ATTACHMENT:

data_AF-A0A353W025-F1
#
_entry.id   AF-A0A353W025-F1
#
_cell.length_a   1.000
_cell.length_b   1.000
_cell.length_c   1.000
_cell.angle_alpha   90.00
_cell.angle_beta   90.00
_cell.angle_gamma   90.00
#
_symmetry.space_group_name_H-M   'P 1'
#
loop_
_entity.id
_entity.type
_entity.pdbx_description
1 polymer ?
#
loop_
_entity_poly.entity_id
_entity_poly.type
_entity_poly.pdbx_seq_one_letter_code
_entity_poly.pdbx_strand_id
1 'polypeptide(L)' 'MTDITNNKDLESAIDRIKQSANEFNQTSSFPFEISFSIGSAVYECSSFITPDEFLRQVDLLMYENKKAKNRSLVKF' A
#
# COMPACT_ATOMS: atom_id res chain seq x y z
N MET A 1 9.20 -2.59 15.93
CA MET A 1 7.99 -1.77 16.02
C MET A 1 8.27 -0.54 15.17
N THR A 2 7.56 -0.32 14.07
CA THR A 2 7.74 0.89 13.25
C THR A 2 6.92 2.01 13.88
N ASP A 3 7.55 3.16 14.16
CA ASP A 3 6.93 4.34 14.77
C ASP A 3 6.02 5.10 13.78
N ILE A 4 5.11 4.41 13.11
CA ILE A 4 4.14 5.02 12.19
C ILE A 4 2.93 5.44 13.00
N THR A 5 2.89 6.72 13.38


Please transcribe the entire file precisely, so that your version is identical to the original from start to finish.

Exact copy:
data_AF-A0A353W025-F1
#
_entry.id   AF-A0A353W025-F1
#
_cell.length_a   1.000
_cell.length_b   1.000
_cell.length_c   1.000
_cell.angle_alpha   90.00
_cell.angle_beta   90.00
_cell.angle_gamma   90.00
#
_symmetry.space_group_name_H-M   'P 1'
#
loop_
_entity.id
_entity.type
_entity.pdbx_description
1 polymer ?
#
loop_
_entity_poly.entity_id
_entity_poly.type
_entity_poly.pdbx_seq_one_letter_code
_entity_poly.pdbx_strand_id
1 'polypeptide(L)' 'MTDITNNKDLESAIDRIKQSANEFNQTSSFPFEISFSIGSAVYECSSFITPDEFLRQVDLLMYENKKAKNRSLVKF' A
#
# COMPACT_ATOMS: atom_id res chain seq x y z
N MET A 1 9.20 -2.59 15.93
CA MET A 1 7.99 -1.77 16.02
C MET A 1 8.27 -0.54 15.17
N THR A 2 7.56 -0.32 14.07
CA THR A 2 7.74 0.89 13.25
C THR A 2 6.92 2.01 13.88
N ASP A 3 7.55 3.16 14.16
CA ASP A 3 6.93 4.34 14.77
C ASP A 3 6.02 5.10 13.78
N ILE A 4 5.11 4.41 13.11
CA ILE A 4 4.14 5.02 12.19
C ILE A 4 2.93 5.44 13.00
N THR A 5 2.89 6.72 13.38